Will cheesed-off Swiss snatch second?
They’ll need to mount a convincing defeat of Turkey in the hotbed of Baku and hope that Italy’s much-changed side can do them a favour, but Switzerland may feel they have a point to prove after their first two games.
Nominally seeded second as a qualification group winner, they have underperformed so far, pegged back by a late Wales goal and then given a rough ride by the Azzurri.
If Vladimir Petkovic catches a glance of Mancini’s changes, he may feel quite aggrieved – but it will surely only fuel a side determined to prove themselves to stay firmly in the race for the last-16.
A Change Is Gonna Come
Mancini opts for risk-free run-out
With their last-16 place wrapped up last time out, it isn’t too surprising that Roberto Mancini has opted to let several of Italy’s proverbial second-stringers have a chance to start in a major tournament.
Giorgio Chiellini’s first-half injury last time out obviously makes for an enforced change, but outside of Leonardo Bonucci, only Chelsea midfielder Jorginho and goalkeeper Gianluigi Donnarumma have kept their spot, ensuring that several major talents remain injury-free heading to the knockout rounds.
Make no mistake, this is still an Italy side capable of finding a result – but could Wales have enough nous in the bag to end the Azzurri’s near-three-year unbeaten run in Rome today? They’ll certainly fancy themselves against that lineup.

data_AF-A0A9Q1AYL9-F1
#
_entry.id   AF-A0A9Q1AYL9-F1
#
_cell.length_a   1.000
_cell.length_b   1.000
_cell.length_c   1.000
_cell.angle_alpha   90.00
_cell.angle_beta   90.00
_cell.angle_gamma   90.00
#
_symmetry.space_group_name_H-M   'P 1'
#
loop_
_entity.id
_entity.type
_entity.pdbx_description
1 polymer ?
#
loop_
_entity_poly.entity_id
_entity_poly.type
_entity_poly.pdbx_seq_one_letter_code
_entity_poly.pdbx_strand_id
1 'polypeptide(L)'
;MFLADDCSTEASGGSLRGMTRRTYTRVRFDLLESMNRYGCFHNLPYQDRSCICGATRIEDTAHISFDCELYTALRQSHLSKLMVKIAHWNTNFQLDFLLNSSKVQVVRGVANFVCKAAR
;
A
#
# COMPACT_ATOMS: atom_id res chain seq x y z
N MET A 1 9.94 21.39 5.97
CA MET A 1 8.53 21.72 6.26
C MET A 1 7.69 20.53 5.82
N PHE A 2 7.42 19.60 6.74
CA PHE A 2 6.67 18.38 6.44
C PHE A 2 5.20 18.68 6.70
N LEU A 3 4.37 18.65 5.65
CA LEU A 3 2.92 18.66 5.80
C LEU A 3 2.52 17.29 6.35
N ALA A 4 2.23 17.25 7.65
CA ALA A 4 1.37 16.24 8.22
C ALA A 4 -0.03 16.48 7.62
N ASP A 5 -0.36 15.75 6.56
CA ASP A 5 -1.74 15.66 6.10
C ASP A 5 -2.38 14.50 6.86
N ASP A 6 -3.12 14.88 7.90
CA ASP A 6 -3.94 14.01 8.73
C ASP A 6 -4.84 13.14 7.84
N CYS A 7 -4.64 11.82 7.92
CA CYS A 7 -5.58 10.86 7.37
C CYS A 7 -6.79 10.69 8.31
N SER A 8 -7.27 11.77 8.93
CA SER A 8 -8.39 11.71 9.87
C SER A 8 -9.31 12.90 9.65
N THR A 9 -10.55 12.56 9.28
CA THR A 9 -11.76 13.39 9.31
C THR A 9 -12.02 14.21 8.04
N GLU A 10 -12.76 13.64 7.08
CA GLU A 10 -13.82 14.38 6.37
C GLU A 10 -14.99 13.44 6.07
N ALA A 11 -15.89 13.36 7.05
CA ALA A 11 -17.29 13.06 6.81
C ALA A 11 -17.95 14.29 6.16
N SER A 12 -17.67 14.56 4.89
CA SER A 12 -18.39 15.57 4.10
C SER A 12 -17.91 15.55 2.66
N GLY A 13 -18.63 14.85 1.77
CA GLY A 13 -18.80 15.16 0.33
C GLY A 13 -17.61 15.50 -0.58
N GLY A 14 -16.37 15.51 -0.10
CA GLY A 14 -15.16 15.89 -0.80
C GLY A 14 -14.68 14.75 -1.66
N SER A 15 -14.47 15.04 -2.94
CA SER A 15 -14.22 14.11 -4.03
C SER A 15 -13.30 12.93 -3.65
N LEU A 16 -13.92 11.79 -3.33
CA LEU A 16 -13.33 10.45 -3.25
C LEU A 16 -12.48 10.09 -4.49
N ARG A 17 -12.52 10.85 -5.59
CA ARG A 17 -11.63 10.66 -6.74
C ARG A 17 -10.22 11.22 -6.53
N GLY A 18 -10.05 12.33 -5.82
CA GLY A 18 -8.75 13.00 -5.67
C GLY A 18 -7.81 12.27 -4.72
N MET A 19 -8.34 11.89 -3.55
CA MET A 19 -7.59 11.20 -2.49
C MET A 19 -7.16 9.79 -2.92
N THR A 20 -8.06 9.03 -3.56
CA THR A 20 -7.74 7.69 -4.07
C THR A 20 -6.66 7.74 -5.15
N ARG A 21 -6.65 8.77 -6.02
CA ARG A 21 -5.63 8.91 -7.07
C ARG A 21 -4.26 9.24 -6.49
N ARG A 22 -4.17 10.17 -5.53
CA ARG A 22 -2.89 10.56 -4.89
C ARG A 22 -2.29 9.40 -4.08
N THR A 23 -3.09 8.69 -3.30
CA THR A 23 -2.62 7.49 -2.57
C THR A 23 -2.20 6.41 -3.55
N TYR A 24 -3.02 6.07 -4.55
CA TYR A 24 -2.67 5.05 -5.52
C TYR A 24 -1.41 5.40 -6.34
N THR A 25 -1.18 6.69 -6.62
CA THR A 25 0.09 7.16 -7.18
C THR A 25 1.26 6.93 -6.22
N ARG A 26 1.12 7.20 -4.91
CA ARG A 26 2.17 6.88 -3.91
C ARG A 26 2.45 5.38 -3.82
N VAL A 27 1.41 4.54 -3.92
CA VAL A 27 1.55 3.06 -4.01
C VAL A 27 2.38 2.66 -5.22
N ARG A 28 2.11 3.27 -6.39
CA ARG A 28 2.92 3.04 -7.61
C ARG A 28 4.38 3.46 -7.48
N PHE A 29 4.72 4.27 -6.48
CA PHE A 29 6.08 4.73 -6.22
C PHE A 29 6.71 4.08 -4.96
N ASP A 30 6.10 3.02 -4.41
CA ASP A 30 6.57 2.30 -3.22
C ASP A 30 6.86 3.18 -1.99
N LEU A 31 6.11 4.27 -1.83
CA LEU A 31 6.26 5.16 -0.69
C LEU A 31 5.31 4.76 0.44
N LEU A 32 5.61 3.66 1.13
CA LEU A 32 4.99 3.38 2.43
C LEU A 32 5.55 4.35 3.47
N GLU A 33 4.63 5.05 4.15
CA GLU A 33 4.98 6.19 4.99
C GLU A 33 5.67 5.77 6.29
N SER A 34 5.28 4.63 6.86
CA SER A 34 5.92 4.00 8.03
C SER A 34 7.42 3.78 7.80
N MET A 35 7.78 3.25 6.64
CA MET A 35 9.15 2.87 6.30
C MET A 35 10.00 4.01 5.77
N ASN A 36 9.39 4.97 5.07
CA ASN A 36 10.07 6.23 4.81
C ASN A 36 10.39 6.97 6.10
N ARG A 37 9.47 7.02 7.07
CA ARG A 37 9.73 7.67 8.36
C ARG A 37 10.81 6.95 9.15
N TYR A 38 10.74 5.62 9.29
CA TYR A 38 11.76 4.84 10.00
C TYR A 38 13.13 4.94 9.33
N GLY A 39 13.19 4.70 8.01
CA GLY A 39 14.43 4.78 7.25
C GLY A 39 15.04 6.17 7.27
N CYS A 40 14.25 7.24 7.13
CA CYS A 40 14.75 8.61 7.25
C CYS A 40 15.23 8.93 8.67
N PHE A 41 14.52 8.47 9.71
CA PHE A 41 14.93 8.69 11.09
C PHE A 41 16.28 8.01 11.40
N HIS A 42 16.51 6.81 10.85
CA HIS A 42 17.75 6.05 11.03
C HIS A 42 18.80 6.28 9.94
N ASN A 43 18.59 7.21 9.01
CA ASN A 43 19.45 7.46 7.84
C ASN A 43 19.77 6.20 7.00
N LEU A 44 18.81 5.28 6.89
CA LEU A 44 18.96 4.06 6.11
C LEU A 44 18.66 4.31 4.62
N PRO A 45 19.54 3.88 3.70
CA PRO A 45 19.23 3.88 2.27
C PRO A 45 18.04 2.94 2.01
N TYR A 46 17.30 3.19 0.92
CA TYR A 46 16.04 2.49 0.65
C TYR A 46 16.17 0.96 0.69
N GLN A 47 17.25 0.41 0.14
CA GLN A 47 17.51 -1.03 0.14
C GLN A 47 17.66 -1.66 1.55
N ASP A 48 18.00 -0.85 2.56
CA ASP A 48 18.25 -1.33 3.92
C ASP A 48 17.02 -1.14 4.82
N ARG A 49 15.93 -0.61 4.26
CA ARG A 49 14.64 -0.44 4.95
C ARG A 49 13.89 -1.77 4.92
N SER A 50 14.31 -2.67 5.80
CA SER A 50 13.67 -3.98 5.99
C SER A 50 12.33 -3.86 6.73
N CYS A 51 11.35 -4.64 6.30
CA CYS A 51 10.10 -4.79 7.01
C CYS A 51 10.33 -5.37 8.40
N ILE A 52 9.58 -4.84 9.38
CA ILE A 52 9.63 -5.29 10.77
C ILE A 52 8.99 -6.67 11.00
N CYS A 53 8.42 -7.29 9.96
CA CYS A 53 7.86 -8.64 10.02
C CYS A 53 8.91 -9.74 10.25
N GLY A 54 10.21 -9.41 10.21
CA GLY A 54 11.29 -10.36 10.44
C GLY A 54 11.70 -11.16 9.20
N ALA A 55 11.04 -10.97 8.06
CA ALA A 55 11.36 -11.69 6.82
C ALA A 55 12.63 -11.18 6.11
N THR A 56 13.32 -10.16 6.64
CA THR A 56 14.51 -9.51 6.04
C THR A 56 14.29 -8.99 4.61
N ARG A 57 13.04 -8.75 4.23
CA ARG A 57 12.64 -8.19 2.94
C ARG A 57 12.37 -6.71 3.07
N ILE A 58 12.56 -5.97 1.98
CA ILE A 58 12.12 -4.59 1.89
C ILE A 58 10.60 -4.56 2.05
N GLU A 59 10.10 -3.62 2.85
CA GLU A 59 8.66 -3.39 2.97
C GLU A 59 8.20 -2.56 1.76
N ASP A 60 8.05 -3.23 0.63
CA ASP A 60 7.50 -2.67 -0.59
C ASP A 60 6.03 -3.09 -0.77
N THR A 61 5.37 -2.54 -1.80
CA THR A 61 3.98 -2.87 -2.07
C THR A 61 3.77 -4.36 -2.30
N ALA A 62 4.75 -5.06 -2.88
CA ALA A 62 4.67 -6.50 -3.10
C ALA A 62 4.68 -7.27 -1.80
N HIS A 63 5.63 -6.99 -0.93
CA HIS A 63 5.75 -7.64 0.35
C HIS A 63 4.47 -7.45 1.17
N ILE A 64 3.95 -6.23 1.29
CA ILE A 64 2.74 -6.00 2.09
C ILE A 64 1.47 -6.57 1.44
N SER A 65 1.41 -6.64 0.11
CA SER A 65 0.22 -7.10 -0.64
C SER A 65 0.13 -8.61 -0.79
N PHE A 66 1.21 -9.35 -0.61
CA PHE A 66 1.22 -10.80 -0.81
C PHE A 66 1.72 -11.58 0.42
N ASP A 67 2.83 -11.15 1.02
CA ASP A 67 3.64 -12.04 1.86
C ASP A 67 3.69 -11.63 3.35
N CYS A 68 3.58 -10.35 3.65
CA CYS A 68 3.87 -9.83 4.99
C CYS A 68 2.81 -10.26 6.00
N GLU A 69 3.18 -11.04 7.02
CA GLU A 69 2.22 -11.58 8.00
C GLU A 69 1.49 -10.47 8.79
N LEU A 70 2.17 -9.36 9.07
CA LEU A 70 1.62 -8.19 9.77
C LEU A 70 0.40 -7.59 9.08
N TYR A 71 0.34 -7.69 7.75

Resurgent Wales dream of Euro 2016 repeat
Mention the words Euro 2016 anywhere across the United Kingdom, and two flashpoints spring to mind. One is England’s abject humiliation – draws with Russia and Slovakia in the group stage and a last-16 exit to Iceland.
The other is of Wales’ triumphant march to the semi-finals, much unfancied underdogs guided by an indomitable spirit under Chris Coleman, beating off Northern Ireland and Belgium on the way to a valiant exit against Portugal.
Five years on, and Rob Page’s side can dream of another knockout run this time around. The faces may have changed in part, but guiding figures – Gareth Bale and Aaron Ramsey – remain. A draw is all they need to guarantee it today.
Lineups: Switzerland v Turkey
Lineups: Italy v Wales
The countdown is on
Team News: Switzerland v Turkey
Shaqiri keeps spot, Muldur and Can in
Liverpool attacking midfielder Xherdan Shaqiri has kept his spot in an apparent 3-4-1-2 formation for today’s nominal home side, as Vladimir Petkovic makes only minor changes to the side routed by Italy, with Silvan Widmer and Steven Zuber both drafted in.
Mert Muldur is among the new faces for Senol Gunes, handed the nod at left-back, while Kaan Ayhan moves up from centre-back to fill the defensive midfield role.
Will those gambles work out for a side who must win to keep any tournament hopes alive?
Team News: Italy v Wales
Hosts change eight, visitors rest three
Early team news for one of those games now, and it is a series of wholesale changes from Italy manager Roberto Mancini.
The former Manchester City boss vowed he would make the swaps and he has done so, with Leonardo Bonnucci just one of three players to remain from the side that beat Switzerland.